The conclusion should not:
just sum up
end with a long quotation
focus merely on a minor point in your argument
introduce new material
This is a bad example because the author used an ineffective transition word AND simply copied their thesis statement over.
"In conclusion, television is a negative influence on people."

"This essay has shown that there are a number of reasons why television is not healthy for society."

"After reviewing the aforementioned facts, it is painfully obvious that nothing can be gained by watching television."

"I am sorry if this offends some people." / "I do not know if this proves anything..."
This is a bad example because the author him or herself has proclaimed that they proved their point. Let the reader make that determination.
"I do not claim that television is entirely unwholesome; indeed, it has many benefits."

"Despite some good reasons favoring regular television viewing, there are many sound reasons for avoiding it entirely. "

"Although some people provide good arguments in favour of watching television, I believe the drawbacks outweigh the benefits."
This is a potentially good example in an essay where the thesis was on the negative aspects of television because it brings the reader back to the essay's main idea and away from the topic sentences.
This is a potentially good example in an essay where the thesis was on the negative aspects of television because it brings the reader back to the essay's main idea and away from the topic sentences.
This is a potentially good example in an essay where the thesis was on the negative aspects of television because it brings the reader back to the essay's main idea and away from the topic sentences.
This is a bad example because the author is coming on a bit too strong and will likely alienate some readers.
These are bad examples because the author is being apologetic.
This is a bad because the author has simply summarized their thesis statement along with their three topic sentences.
"So I argued that television has a negative influence on people because it can cause them to become violent, it misleads them, and it undermines their social skills."


"In fact, the Labatt Brewing Company was able to increase its sales because it constantly repeated the same commercial over and over again during a 30-day period."
"In many ways, the points discussed in this essay are a reflection of some of the values that society deems as undesirable."

"This means that people--parents especially--cannot blindly consider television as a way to pass time."

"Television is capable of exercising influence over its watchers in ways that are very human: by repeating until we imitate and by misinforming to achieve a goal."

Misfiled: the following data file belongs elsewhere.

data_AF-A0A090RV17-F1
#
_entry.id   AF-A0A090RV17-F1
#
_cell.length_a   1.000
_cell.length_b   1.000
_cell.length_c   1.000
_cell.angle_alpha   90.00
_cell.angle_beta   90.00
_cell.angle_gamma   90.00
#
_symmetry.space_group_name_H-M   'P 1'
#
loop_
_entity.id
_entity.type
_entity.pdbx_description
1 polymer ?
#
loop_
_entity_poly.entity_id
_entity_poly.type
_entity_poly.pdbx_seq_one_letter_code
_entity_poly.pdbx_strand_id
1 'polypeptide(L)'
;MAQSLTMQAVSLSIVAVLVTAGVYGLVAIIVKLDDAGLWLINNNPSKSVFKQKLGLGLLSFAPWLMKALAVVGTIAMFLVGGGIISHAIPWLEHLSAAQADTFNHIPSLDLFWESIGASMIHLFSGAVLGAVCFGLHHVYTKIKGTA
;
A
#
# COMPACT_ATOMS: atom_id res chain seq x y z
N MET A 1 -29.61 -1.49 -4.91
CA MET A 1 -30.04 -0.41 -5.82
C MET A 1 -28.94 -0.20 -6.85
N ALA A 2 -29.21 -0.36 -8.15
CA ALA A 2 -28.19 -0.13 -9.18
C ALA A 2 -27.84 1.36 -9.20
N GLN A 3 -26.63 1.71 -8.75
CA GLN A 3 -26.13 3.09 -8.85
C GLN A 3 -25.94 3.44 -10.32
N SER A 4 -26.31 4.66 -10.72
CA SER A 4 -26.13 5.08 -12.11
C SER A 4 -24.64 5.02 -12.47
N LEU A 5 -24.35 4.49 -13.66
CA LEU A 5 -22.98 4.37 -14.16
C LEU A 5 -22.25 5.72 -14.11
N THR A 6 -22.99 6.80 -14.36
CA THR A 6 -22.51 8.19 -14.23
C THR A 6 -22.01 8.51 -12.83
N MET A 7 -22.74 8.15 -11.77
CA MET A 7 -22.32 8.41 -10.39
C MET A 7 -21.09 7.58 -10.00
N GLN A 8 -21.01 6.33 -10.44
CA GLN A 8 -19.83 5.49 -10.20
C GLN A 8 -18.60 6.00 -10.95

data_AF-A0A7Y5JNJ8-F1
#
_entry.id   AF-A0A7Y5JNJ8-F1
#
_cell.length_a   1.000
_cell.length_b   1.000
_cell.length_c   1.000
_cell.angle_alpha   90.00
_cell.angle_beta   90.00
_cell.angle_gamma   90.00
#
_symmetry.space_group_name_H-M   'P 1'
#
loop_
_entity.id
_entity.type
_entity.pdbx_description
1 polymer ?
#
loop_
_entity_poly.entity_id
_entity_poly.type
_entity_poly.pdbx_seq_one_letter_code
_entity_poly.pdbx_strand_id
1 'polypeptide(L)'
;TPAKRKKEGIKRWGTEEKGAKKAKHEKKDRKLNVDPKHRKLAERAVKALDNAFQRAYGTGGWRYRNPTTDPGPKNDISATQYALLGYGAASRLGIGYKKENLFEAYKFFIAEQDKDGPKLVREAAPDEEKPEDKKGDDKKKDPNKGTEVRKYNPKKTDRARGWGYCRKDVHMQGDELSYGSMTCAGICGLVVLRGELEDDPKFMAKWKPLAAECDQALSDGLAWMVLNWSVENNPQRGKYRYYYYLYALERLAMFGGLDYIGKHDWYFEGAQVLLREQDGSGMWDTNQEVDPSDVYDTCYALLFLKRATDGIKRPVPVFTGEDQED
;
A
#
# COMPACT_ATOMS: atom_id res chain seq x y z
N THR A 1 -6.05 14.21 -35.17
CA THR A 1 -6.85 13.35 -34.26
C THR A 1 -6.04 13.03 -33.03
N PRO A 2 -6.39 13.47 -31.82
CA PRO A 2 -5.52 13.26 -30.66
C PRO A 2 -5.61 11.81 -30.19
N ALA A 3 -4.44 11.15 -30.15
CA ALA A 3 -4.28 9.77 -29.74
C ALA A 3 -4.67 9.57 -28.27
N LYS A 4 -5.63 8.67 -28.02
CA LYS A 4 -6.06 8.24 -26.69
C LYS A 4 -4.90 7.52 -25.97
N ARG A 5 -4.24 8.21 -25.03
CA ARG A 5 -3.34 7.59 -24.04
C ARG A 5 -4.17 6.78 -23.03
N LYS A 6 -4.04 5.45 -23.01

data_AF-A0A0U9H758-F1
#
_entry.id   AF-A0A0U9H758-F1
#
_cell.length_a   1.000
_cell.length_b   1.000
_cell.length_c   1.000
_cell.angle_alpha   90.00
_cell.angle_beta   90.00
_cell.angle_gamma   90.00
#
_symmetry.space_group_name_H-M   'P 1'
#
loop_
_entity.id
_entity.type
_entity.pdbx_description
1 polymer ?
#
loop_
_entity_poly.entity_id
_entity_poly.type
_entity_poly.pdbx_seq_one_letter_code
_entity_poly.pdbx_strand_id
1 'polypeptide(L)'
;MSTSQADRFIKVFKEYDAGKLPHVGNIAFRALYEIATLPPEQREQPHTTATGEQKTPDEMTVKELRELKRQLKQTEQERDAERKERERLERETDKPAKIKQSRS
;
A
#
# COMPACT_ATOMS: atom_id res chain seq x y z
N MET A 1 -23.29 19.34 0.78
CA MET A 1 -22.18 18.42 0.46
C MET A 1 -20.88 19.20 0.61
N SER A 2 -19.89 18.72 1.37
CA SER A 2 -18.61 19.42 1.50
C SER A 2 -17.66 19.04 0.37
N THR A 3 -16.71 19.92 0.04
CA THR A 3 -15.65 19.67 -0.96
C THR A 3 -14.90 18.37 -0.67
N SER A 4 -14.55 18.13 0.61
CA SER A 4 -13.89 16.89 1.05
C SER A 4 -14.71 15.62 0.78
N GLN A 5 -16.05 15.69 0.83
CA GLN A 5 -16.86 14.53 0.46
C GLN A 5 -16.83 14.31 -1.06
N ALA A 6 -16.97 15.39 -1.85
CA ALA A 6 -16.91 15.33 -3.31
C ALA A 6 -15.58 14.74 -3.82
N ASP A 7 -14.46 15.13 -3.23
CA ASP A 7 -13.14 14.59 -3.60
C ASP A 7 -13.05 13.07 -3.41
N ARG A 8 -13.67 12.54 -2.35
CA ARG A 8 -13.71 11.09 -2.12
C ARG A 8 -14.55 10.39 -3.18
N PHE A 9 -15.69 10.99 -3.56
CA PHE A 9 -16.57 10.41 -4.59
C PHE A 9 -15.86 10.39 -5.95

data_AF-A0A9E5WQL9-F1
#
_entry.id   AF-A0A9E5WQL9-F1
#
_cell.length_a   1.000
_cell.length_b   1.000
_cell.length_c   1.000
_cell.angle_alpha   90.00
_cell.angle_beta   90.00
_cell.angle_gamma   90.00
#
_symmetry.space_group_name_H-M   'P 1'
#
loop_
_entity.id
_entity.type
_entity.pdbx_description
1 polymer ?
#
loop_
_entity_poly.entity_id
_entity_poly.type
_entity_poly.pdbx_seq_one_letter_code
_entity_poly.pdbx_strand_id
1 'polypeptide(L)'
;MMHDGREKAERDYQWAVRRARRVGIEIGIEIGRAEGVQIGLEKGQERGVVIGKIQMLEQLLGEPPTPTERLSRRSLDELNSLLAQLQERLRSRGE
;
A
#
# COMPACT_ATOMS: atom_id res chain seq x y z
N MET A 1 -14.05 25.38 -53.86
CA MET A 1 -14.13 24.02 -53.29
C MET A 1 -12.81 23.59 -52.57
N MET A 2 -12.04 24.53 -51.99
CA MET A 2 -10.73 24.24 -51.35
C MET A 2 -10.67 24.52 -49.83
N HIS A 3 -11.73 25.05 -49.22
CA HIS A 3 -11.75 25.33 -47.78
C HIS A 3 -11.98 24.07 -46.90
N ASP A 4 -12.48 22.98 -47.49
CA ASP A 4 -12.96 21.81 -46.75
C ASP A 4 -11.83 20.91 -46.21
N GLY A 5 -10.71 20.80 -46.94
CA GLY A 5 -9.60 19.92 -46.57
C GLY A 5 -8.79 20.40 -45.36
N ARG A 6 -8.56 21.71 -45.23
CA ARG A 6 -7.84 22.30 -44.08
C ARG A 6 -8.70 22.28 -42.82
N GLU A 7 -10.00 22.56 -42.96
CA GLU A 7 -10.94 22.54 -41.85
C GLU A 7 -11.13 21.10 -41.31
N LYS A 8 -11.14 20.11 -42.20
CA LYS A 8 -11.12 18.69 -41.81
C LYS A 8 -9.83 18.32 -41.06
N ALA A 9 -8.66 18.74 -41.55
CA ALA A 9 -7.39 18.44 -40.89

This is a bad example because the author has just introduced new information. Never do this in a conclusion.
This is a potentially good example of a sentence that could appear in the conclusion because it brings new meaning to the essay without bringing new information. This is a good example of the author's synthesis skills at work.
This is a potentially good example of a sentence that could appear in the conclusion because it answers the question "so what". It suggests one way in which the author's observations are relevant.
This is a potentially good example of a sentence that could appear in the conclusion because the author is demonstrating their critical thinking skills. The author comes to realize a parallel connection between television and people.
"Thus, it stands to reason that if what people are seeing performed repeated on the television are violent acts, they will similarly imitate this behavior."


"In other words, I could see that my behavior was modified and that I became predisposed to violent acts, presumably from watching similar acts that I saw in the cartoons."
This is a potentially good example of the third part of a supporting idea because it is a synthesis of the mini-claim (step 1) and the the proof (step 2).
PROOF: this is more of a synthesis than a clarification because the author must show how it is probable that some imitated behaviors in one study, such as scratching, blinking, (etc.) can be transposed to violence, as a behavior.
Continuing with the example, above, the following sentences would make for potentially good clarification or synthesis (step 3):
This is a potentially good example of the third part of a supporting idea because the author is clarifying how their example fits into the paragraph's claim.
PROOF: this is more of a clarification than a synthesis. Here, the association between cartoons, roughhousing, and imitating violence may not be obvious to some readers. The author is therefore explaining to readers how this association supports the paragraph's claim.
Perhaps the best example of a bad example here is to put nothing. That's exactly what many students do--they completely forget step #3.
"To conclude, the fact that television can incite violence, misleads, and degrades social skills in people make it an unfavorable media outlet."

"In summary, there are a number of reasons why television is detrimental. First, it incites violence through a process of imitation of, and desensitization to, fighting. Secondly, television causes consumers to purchase products that neither want nor need by brainwashing and misinforming viewers. Thirdly, fictitious scenarios and reduction of real-time human interaction as a result of television lead to a degradation of people's social skills."